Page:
Potter Cemetery. #14727

5841 Lumley Road, Mesquite, TX, United States

Train Holdup. #15415

?, Mesquite, TX, United States

First Presbyterian Church of Mesquite. #15749

1028 South Beltline Road, Mesquite, TX, United States

City of Mesquite. In May 1873, Texas & Pacific Railroad engineer A.R. Alcott platted a new depot town named Mesquite. The post office opened the following year. The community developed along the rail line, with businesses initially facing Front Street. As the town grew, business owners turned their front doors to Main Street in an effort to create a Town Square. Voters incorporated Mesquite in 1887. In 1903, following a legal challenge, the city re-incorporated with new boundaries. Mesquite, which began with an Agrarian economy, grew rapidly in the second half of the 20th century as a Dallas suburb. The school district, established in 1901, is a draw for new residents, and the city continues to grow. (2004) #13120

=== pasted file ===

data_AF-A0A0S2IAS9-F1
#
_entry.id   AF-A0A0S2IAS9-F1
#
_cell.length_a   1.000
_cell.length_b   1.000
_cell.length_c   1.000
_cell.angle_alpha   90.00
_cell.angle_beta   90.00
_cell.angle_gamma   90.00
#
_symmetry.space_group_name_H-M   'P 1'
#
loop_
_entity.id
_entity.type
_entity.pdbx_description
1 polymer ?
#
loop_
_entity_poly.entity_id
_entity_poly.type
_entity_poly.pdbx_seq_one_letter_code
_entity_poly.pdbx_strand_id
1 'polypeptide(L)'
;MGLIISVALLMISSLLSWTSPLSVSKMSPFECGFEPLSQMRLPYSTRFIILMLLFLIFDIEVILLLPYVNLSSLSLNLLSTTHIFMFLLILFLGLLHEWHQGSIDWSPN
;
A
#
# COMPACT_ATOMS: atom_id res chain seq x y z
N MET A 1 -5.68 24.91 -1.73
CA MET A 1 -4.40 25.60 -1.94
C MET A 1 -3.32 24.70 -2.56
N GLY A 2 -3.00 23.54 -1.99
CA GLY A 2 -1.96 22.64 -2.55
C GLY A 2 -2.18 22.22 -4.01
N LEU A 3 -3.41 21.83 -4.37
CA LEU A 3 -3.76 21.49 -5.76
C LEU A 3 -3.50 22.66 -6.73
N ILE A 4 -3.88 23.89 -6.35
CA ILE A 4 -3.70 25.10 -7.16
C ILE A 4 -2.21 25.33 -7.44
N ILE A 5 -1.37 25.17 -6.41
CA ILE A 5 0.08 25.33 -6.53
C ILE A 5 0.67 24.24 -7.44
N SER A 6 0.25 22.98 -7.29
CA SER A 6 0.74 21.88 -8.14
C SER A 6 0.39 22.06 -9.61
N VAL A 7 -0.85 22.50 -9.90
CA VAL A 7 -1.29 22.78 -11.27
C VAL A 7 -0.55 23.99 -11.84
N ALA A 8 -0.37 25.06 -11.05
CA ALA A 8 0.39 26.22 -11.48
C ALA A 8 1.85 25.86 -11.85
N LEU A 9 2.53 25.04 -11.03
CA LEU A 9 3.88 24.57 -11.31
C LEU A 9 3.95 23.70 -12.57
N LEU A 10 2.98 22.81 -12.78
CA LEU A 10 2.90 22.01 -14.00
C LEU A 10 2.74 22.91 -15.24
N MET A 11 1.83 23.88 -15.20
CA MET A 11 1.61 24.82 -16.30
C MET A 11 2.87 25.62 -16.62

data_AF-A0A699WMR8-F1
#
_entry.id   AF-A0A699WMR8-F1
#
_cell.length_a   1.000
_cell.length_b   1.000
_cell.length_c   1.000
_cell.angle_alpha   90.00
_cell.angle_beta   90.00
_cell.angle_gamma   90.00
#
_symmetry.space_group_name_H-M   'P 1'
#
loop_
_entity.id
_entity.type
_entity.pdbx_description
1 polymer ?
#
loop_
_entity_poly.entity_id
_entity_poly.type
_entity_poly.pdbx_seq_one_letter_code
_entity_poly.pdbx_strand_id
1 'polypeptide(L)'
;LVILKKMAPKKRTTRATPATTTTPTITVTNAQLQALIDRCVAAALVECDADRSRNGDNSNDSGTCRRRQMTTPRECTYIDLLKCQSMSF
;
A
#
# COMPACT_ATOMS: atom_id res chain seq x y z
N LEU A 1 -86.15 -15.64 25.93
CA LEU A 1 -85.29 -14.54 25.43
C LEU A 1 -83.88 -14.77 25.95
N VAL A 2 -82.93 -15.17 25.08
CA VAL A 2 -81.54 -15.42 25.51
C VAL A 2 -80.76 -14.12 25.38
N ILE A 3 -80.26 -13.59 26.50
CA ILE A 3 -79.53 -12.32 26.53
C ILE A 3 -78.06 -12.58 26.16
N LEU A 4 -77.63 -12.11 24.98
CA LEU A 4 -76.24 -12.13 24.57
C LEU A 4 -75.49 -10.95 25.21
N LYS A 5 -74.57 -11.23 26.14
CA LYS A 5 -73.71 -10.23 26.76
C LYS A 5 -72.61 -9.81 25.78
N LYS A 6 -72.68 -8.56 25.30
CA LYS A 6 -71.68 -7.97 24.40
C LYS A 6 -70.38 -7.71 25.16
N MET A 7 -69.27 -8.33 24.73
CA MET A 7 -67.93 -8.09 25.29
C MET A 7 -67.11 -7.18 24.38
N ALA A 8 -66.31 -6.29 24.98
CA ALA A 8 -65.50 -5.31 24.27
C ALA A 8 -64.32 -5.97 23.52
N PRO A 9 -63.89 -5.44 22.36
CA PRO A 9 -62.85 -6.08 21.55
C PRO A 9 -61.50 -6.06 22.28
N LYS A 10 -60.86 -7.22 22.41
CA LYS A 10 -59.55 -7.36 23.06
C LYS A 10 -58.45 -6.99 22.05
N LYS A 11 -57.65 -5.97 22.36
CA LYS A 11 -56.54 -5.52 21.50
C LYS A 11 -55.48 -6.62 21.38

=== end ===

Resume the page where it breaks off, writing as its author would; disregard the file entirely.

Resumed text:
209 W Main St, Mesquite, TX, United States